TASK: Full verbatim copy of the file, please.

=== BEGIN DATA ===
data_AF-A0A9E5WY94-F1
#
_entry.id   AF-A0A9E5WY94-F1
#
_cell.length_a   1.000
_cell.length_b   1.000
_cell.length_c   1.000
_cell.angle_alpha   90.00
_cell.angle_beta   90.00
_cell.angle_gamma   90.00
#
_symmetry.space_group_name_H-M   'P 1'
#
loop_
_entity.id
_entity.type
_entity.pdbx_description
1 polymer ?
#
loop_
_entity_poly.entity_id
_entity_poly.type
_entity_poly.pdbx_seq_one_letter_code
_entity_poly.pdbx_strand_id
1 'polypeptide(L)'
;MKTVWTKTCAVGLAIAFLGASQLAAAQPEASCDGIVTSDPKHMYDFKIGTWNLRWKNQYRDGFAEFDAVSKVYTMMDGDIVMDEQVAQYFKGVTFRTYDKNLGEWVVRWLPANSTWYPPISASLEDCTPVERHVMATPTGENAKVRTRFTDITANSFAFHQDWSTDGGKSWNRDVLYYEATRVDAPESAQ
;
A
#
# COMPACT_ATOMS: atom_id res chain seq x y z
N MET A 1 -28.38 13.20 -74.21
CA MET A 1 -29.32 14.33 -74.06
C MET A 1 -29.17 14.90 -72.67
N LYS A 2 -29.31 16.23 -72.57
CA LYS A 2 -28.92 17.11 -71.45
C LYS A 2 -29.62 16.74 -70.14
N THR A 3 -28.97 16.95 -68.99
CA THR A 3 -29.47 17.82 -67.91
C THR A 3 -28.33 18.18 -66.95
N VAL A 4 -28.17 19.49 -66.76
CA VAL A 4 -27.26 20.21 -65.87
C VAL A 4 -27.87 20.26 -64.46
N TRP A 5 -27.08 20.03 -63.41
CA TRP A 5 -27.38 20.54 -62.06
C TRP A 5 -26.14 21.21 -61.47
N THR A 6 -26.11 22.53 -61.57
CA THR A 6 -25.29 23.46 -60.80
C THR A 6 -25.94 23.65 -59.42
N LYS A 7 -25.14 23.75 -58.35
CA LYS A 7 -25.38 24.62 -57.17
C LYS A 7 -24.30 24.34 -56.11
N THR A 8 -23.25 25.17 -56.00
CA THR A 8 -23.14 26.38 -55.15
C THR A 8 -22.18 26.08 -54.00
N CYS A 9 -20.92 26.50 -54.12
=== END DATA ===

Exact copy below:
data_AF-A0A9E5WY94-F1
#
_entry.id   AF-A0A9E5WY94-F1
#
_cell.length_a   1.000
_cell.length_b   1.000
_cell.length_c   1.000
_cell.angle_alpha   90.00
_cell.angle_beta   90.00
_cell.angle_gamma   90.00
#
_symmetry.space_group_name_H-M   'P 1'
#
loop_
_entity.id
_entity.type
_entity.pdbx_description
1 polymer ?
#
loop_
_entity_poly.entity_id
_entity_poly.type
_entity_poly.pdbx_seq_one_letter_code
_entity_poly.pdbx_strand_id
1 'polypeptide(L)'
;MKTVWTKTCAVGLAIAFLGASQLAAAQPEASCDGIVTSDPKHMYDFKIGTWNLRWKNQYRDGFAEFDAVSKVYTMMDGDIVMDEQVAQYFKGVTFRTYDKNLGEWVVRWLPANSTWYPPISASLEDCTPVERHVMATPTGENAKVRTRFTDITANSFAFHQDWSTDGGKSWNRDVLYYEATRVDAPESAQ
;
A
#
# COMPACT_ATOMS: atom_id res chain seq x y z
N MET A 1 -28.38 13.20 -74.21
CA MET A 1 -29.32 14.33 -74.06
C MET A 1 -29.17 14.90 -72.67
N LYS A 2 -29.31 16.23 -72.57
CA LYS A 2 -28.92 17.11 -71.45
C LYS A 2 -29.62 16.74 -70.14
N THR A 3 -28.97 16.95 -68.99
CA THR A 3 -29.47 17.82 -67.91
C THR A 3 -28.33 18.18 -66.95
N VAL A 4 -28.17 19.49 -66.76
CA VAL A 4 -27.26 20.21 -65.87
C VAL A 4 -27.87 20.26 -64.46
N TRP A 5 -27.08 20.03 -63.41
CA TRP A 5 -27.38 20.54 -62.06
C TRP A 5 -26.14 21.21 -61.47
N THR A 6 -26.11 22.53 -61.57
CA THR A 6 -25.29 23.46 -60.80
C THR A 6 -25.94 23.65 -59.42
N LYS A 7 -25.14 23.75 -58.35
CA LYS A 7 -25.38 24.62 -57.17
C LYS A 7 -24.30 24.34 -56.11
N THR A 8 -23.25 25.17 -56.00
CA THR A 8 -23.14 26.38 -55.15
C THR A 8 -22.18 26.08 -54.00
N CYS A 9 -20.92 26.50 -54.12